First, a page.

Gas Axe Chop Shop’s 1959 Pennie Lane Panhead Goes To Cologne | Hot Bike
Onno Wieringa Photos/Courtesy AMD

Gas Axe Chop Shop’s 1959 Pennie Lane Panhead Goes To Cologne

The custom builder from Tennessee shows the world how it’s done with its Panhead and a 2018 custom chopper

While Gas Axe’s Tim Dixon is no stranger in the American custom building scene, his work reached an even wider audience thanks to a recent trip to the AMD World Championships in Cologne, Germany. Dixon earned a chance to represent the US at the esteemed European show after winning a qualifier at the Blue Ridge Run with his stellar 1959 Panhead in the Modified Harley class.

Tim Dixon of Gas Axe Chop Shop

Tim Dixon of Gas Axe Chop Shop took the Pennie Lane Panhead to the AMD World Championships.

Onno Wieringa Photos/Courtesy AMD

The vintage Harley mill and tranny were salvaged from a 1959 Panhead but that’s about the only OEM items you’ll find on this build, and even those have been gussied up. Dixon mounted the venerable V-twin in a custom frame made from 7/8-inch tubing. Look closely and you’ll see angular cutouts throughout, small windows to the polished stainless beneath. Every junction on the tubular frame reflects Dixon’s skills with the welder in overlapping puddles. The double-tubed frame’s been stretched 4 inches to accommodate Gas Axe’s homemade suspension system.

vintage 1959 Panhead with copper and brass accents

Texture and contrast rule, with a vintage 1959 Panhead with copper and brass accents mounted in the custom stretched 7/8-inch tube frame.

Onno Wieringa Photos/Courtesy AMD

At first glance, the custom Pan looks like a hardtail, but a closer inspection reveals a couple of leaf springs skirting the back fender, which Dixon fashioned out of springs from a 1931 Ford Model A. He also mocked up a straight axle off the old Ford for the fork, adding a shock and rocker to it. The fork itself was inspired from a John Harman-style fork he previously built for a chopper (Harman’s claim to fame was a smooth-riding, internally sprung girder unit).


Related: Ultimate Builder Custom Bike Show V-Twin Winners At NYC IMS Show


internally sprung fork and the gas cap

A close-up of the internally sprung fork and the gas cap, lifted from a 1938 Hupmobile. That’s a hand-polished stainless frame with all welds covered in silicone bronze.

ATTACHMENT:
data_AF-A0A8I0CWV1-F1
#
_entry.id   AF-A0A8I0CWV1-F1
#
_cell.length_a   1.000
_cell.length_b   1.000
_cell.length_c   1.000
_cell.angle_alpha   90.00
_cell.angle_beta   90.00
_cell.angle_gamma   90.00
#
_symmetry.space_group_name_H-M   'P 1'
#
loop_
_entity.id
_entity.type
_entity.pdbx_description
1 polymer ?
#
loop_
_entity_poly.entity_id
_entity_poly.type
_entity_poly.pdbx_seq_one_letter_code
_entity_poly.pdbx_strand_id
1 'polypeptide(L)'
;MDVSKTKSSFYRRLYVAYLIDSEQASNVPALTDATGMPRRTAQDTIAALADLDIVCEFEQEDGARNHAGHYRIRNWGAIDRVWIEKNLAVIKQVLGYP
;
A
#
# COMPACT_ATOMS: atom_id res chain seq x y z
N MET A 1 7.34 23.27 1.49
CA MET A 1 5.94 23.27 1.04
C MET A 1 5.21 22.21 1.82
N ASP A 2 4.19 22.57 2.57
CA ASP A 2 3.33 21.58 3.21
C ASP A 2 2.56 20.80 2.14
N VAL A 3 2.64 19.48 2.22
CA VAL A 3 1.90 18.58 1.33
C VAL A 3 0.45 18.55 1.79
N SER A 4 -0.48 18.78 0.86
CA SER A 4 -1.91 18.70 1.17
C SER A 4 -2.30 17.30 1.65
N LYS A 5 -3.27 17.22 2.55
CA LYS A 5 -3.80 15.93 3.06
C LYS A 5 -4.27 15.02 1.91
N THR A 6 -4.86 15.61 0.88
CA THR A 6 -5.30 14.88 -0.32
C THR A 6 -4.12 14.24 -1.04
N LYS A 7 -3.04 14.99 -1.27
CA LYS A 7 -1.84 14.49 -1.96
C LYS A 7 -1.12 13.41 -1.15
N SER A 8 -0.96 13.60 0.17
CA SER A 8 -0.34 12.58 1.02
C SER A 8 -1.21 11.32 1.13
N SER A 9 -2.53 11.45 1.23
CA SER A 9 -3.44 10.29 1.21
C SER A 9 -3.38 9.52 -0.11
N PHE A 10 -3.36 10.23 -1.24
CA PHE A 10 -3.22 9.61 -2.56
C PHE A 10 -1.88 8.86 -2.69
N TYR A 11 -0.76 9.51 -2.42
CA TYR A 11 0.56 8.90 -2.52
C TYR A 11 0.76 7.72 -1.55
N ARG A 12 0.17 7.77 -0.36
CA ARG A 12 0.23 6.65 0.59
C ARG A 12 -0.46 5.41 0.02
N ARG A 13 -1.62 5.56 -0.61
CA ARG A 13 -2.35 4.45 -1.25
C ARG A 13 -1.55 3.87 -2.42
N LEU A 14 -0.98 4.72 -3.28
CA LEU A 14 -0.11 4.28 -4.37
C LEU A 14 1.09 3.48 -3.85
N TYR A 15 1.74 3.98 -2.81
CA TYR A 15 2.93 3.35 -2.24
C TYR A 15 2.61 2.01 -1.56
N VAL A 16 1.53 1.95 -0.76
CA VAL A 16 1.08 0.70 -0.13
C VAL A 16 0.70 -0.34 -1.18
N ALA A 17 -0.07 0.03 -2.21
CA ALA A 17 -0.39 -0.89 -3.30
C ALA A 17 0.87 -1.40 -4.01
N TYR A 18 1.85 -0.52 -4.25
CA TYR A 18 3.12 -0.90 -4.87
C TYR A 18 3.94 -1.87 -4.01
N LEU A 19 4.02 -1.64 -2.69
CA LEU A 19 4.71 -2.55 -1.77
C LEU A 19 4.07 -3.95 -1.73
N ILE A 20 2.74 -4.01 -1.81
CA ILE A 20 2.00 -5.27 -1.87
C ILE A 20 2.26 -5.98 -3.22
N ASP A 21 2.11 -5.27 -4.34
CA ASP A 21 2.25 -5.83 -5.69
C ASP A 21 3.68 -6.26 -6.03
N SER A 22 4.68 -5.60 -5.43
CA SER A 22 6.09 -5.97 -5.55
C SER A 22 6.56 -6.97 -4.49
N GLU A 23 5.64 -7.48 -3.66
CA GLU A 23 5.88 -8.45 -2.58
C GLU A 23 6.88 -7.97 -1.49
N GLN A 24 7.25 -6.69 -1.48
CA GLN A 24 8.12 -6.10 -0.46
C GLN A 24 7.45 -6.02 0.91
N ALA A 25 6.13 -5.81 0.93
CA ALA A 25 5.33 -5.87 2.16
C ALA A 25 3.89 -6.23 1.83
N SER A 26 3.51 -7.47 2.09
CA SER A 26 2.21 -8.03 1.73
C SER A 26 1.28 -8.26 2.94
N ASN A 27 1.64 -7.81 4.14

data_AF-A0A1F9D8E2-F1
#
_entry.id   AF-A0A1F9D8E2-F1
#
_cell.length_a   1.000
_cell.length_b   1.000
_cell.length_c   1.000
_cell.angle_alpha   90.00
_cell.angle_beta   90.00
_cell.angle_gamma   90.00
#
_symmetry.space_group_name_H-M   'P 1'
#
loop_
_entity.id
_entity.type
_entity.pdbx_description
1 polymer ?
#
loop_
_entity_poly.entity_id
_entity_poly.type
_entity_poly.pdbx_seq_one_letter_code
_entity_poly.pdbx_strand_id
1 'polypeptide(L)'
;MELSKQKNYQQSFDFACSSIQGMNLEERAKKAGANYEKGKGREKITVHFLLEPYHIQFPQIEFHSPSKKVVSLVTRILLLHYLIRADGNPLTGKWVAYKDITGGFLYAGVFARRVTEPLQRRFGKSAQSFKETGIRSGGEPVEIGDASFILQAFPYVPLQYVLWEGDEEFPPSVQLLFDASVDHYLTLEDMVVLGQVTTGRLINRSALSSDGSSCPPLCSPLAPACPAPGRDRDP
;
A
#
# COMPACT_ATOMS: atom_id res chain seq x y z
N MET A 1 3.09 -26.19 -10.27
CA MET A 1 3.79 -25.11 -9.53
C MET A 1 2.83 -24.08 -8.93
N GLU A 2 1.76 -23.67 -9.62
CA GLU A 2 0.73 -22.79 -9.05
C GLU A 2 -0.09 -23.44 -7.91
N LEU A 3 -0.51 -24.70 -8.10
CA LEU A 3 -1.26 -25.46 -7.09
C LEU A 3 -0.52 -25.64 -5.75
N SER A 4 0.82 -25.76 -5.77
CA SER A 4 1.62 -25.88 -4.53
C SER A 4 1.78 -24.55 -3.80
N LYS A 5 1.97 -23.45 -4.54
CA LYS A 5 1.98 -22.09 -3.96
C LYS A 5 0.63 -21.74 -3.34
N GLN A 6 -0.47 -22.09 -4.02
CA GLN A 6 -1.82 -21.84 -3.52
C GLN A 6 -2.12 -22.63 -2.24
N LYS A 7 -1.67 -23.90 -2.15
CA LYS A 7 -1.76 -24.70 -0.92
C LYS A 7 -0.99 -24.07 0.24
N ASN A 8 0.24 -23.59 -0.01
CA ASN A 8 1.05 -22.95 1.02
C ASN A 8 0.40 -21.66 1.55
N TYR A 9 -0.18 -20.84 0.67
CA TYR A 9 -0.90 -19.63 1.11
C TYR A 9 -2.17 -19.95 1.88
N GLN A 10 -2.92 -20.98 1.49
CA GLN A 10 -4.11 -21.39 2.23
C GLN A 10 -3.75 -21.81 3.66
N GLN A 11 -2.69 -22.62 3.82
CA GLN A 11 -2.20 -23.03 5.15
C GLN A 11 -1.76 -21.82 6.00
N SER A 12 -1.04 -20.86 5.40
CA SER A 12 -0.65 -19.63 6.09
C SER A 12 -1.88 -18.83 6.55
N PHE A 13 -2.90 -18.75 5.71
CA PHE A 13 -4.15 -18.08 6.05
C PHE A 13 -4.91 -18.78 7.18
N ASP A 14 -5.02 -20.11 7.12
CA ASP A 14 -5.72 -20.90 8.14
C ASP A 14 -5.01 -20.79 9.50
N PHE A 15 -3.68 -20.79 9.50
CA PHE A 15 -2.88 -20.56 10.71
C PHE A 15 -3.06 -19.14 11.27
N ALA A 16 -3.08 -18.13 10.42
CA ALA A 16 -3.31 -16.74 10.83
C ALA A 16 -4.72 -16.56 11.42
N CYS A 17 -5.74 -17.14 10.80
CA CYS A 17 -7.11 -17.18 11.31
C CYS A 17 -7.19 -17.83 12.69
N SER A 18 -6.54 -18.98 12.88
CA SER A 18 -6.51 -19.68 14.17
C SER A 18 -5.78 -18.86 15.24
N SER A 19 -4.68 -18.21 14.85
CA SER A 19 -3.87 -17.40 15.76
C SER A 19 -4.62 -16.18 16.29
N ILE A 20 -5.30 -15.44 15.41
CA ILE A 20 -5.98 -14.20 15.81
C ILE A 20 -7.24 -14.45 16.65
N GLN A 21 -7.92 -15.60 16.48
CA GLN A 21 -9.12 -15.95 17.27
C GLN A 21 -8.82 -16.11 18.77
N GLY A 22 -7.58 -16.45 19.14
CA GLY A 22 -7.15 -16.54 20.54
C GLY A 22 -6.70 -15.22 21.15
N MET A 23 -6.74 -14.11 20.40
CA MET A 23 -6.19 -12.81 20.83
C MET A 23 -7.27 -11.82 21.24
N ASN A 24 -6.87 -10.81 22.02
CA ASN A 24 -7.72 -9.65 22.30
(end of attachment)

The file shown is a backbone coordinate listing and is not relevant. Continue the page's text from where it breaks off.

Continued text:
Onno Wieringa Photos/Courtesy AMD

Similar to the frame, the sweet hand-polished tank has cutouts on each side. The cherry gas cap is a trunk latch from a 1938 Hupmobile. Brass and copper touches run throughout the build, from the handmade copper oil tank and air cleaner cover to the brass “Gas Axe” nameplates on the tank to the foot and hand controls. The twin 18-inch magnesium wheels are a set of Halibrand Magnesium front hoops from a dragster; they had been lying around the shop for years and Dixon was just waiting for the right build to come along to use them. An invitation to compete in the world championships seems like a pretty good incentive, no?

Harmon-inspired fork with magnesium Halibrand dragster wheel

The Harmon-inspired fork with magnesium Halibrand dragster wheel isn’t a combination you find very often.

Onno Wieringa Photos/Courtesy AMD

No sooner had Dixon unpacked from his trip overseas than he was on the road again, this time to New York City for the J&P Cycles Ultimate Builder Custom Bike Show with the bike he built for Michael Lichter’s 2018 Motorcycles as Art exhibit. Gas Axe’s 2018 Custom Chopper is powered by a 93-inch S&S Shovelhead paired to a four-speed Harley gearbox. Dixon made the custom VL-style springer front end, but his version is a touch skinnier than Harley’s.

Gas Axe chopper details

Tim Dixon took home first place in the Freestyle Class with his “Game Changer” chopper at the recent 2018 Ultimate Builder Custom Bike Show in New York City.

Onno Wieringa Photos/Courtesy AMD

In typical Dixon fashion, there’s nary a wire in sight in this super tidy build. While his 1959 Pan didn’t have much paint on it, Gas Axe teamed up with Leatherwood Motorcycle Works to splash some color on the “Game Changer” chopper. The trip out to the big city was worth it as Dixon pocketed a $1,000 check after winning first place in the top-tier Freestyle class. Not bad for a self-made man from a small town in Tennessee who’s helping put Ten Mile on the custom building map.

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